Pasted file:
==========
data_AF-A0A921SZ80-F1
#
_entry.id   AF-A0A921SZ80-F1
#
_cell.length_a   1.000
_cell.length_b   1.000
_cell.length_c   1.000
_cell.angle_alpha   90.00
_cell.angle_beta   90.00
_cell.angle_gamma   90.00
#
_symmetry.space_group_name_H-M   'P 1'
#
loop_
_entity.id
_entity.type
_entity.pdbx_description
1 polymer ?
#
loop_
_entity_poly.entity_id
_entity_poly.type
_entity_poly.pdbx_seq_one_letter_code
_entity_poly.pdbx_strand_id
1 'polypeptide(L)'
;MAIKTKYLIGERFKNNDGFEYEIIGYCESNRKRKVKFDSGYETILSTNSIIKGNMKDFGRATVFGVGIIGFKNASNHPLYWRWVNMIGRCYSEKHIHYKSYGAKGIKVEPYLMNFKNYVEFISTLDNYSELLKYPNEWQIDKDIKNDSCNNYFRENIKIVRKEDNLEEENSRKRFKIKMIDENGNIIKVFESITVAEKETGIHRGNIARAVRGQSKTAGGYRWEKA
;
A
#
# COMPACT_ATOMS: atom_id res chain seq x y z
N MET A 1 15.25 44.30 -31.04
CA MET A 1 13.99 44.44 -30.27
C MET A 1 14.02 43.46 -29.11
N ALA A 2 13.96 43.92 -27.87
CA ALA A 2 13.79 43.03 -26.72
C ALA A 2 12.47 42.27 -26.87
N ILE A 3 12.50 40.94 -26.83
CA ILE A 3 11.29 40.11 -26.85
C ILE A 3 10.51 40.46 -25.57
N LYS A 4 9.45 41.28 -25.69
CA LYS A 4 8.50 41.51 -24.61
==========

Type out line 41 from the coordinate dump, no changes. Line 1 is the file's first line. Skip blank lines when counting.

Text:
CA LYS A 4 8.50 41.51 -24.61